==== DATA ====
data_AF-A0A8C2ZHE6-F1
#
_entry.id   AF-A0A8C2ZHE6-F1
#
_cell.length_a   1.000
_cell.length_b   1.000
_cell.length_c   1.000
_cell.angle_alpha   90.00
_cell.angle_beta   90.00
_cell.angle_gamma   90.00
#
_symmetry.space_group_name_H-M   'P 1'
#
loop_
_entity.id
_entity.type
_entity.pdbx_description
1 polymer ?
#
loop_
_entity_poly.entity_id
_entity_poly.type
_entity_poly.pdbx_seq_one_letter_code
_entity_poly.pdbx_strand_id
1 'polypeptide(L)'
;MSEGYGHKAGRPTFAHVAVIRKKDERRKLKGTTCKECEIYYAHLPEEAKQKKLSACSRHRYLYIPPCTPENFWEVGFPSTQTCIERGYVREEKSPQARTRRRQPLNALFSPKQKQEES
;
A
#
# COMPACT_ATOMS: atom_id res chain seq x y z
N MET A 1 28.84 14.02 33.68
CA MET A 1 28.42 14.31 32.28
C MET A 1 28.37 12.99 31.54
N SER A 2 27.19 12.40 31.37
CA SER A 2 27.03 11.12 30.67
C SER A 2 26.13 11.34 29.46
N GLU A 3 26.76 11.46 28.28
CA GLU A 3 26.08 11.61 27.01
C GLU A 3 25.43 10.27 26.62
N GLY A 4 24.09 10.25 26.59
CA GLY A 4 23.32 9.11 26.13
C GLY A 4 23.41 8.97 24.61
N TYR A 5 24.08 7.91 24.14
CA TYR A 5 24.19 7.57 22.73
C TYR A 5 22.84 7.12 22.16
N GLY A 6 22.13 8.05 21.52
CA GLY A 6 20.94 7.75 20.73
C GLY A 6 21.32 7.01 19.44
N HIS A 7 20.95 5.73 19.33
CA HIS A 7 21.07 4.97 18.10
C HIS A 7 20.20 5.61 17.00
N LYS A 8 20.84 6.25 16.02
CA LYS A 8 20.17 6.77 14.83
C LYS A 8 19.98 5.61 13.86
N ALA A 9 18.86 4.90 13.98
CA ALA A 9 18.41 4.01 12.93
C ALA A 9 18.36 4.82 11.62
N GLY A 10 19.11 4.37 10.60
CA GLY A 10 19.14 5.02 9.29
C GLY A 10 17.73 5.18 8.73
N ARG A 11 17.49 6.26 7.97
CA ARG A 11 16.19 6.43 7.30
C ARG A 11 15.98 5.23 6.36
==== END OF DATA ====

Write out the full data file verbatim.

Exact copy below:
data_AF-A0A8C2ZHE6-F1
#
_entry.id   AF-A0A8C2ZHE6-F1
#
_cell.length_a   1.000
_cell.length_b   1.000
_cell.length_c   1.000
_cell.angle_alpha   90.00
_cell.angle_beta   90.00
_cell.angle_gamma   90.00
#
_symmetry.space_group_name_H-M   'P 1'
#
loop_
_entity.id
_entity.type
_entity.pdbx_description
1 polymer ?
#
loop_
_entity_poly.entity_id
_entity_poly.type
_entity_poly.pdbx_seq_one_letter_code
_entity_poly.pdbx_strand_id
1 'polypeptide(L)'
;MSEGYGHKAGRPTFAHVAVIRKKDERRKLKGTTCKECEIYYAHLPEEAKQKKLSACSRHRYLYIPPCTPENFWEVGFPSTQTCIERGYVREEKSPQARTRRRQPLNALFSPKQKQEES
;
A
#
# COMPACT_ATOMS: atom_id res chain seq x y z
N MET A 1 28.84 14.02 33.68
CA MET A 1 28.42 14.31 32.28
C MET A 1 28.37 12.99 31.54
N SER A 2 27.19 12.40 31.37
CA SER A 2 27.03 11.12 30.67
C SER A 2 26.13 11.34 29.46
N GLU A 3 26.76 11.46 28.28
CA GLU A 3 26.08 11.61 27.01
C GLU A 3 25.43 10.27 26.62
N GLY A 4 24.09 10.25 26.59
CA GLY A 4 23.32 9.11 26.13
C GLY A 4 23.41 8.97 24.61
N TYR A 5 24.08 7.91 24.14
CA TYR A 5 24.19 7.57 22.73
C TYR A 5 22.84 7.12 22.16
N GLY A 6 22.13 8.05 21.52
CA GLY A 6 20.94 7.75 20.73
C GLY A 6 21.32 7.01 19.44
N HIS A 7 20.95 5.73 19.33
CA HIS A 7 21.07 4.97 18.10
C HIS A 7 20.20 5.61 17.00
N LYS A 8 20.84 6.25 16.02
CA LYS A 8 20.17 6.77 14.83
C LYS A 8 19.98 5.61 13.86
N ALA A 9 18.86 4.90 13.98
CA ALA A 9 18.41 4.01 12.93
C ALA A 9 18.36 4.82 11.62
N GLY A 10 19.11 4.37 10.60
CA GLY A 10 19.14 5.02 9.29
C GLY A 10 17.73 5.18 8.73
N ARG A 11 17.49 6.26 7.97
CA ARG A 11 16.19 6.43 7.30
C ARG A 11 15.98 5.23 6.36